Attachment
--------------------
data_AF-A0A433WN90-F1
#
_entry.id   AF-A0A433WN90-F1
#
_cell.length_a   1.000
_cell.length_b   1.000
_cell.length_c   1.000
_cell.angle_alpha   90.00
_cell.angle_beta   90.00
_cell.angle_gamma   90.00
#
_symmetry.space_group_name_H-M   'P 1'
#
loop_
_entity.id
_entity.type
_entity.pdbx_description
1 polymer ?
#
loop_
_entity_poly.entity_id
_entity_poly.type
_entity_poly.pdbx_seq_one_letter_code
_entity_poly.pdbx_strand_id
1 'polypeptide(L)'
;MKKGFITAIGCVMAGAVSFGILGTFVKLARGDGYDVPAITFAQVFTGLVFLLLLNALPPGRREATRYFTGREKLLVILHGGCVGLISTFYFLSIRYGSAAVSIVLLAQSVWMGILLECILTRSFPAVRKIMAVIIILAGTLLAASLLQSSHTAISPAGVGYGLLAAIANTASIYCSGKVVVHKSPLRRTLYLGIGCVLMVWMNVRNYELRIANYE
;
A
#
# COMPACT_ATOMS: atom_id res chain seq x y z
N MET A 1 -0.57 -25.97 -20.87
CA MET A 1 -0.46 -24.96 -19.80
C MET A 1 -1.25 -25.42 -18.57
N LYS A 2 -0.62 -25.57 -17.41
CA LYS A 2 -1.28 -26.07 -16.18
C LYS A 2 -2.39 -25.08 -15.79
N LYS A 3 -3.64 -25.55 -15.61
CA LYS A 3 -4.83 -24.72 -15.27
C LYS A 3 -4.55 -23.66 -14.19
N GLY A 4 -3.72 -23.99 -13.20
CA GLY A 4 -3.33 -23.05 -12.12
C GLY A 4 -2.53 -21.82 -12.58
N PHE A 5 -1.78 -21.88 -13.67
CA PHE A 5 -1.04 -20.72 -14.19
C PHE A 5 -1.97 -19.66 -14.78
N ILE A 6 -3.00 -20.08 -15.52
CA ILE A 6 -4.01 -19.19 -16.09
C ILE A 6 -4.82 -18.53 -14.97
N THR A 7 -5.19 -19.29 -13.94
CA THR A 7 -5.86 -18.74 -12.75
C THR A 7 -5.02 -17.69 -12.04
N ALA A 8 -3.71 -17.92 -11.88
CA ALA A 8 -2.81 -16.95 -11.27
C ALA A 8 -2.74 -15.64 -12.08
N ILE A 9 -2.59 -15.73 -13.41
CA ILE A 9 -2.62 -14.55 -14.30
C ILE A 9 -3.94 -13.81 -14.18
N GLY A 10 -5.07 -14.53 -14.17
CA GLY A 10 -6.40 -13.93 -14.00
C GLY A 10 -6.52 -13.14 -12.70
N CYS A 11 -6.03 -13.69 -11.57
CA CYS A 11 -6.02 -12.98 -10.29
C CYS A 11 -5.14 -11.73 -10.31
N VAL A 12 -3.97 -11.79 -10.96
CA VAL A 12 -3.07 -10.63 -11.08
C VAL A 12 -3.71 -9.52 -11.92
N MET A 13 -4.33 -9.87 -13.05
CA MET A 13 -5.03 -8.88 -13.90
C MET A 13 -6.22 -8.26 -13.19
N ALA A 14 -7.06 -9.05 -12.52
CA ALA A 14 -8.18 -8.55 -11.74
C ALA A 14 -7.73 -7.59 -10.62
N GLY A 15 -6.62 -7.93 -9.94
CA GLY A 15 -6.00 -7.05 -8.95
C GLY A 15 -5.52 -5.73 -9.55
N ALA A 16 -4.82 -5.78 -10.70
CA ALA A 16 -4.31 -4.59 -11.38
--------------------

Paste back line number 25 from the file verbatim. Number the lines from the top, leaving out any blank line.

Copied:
1 'polypeptide(L)'